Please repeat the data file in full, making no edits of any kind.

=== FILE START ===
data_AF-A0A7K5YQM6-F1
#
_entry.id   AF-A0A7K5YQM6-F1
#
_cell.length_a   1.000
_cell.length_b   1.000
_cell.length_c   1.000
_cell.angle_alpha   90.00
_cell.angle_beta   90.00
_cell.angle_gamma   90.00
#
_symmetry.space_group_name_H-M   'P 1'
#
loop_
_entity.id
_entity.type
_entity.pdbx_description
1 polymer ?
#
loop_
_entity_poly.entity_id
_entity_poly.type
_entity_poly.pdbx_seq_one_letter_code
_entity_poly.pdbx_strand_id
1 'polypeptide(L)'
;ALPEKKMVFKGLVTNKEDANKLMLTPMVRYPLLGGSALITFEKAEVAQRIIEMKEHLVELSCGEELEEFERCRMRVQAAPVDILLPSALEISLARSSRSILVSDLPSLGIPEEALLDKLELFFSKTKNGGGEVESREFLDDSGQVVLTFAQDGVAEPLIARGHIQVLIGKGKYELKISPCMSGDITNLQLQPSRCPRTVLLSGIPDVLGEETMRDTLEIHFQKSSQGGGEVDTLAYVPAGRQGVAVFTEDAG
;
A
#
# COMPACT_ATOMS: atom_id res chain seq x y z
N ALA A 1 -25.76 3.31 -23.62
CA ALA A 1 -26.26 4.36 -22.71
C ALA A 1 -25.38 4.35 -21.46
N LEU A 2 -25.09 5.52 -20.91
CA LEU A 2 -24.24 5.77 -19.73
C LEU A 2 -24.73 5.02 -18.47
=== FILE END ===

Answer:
data_AF-A0A7K5YQM6-F1
#
_entry.id   AF-A0A7K5YQM6-F1
#
_cell.length_a   1.000
_cell.length_b   1.000
_cell.length_c   1.000
_cell.angle_alpha   90.00
_cell.angle_beta   90.00
_cell.angle_gamma   90.00
#
_symmetry.space_group_name_H-M   'P 1'
#
loop_
_entity.id
_entity.type
_entity.pdbx_description
1 polymer ?
#
loop_
_entity_poly.entity_id
_entity_poly.type
_entity_poly.pdbx_seq_one_letter_code
_entity_poly.pdbx_strand_id
1 'polypeptide(L)'
;ALPEKKMVFKGLVTNKEDANKLMLTPMVRYPLLGGSALITFEKAEVAQRIIEMKEHLVELSCGEELEEFERCRMRVQAAPVDILLPSALEISLARSSRSILVSDLPSLGIPEEALLDKLELFFSKTKNGGGEVESREFLDDSGQVVLTFAQDGVAEPLIARGHIQVLIGKGKYELKISPCMSGDITNLQLQPSRCPRTVLLSGIPDVLGEETMRDTLEIHFQKSSQGGGEVDTLAYVPAGRQGVAVFTEDAG
;
A
#
# COMPACT_ATOMS: atom_id res chain seq x y z
N ALA A 1 -25.76 3.31 -23.62
CA ALA A 1 -26.26 4.36 -22.71
C ALA A 1 -25.38 4.35 -21.46
N LEU A 2 -25.09 5.52 -20.91
CA LEU A 2 -24.24 5.77 -19.73
C LEU A 2 -24.73 5.02 -18.47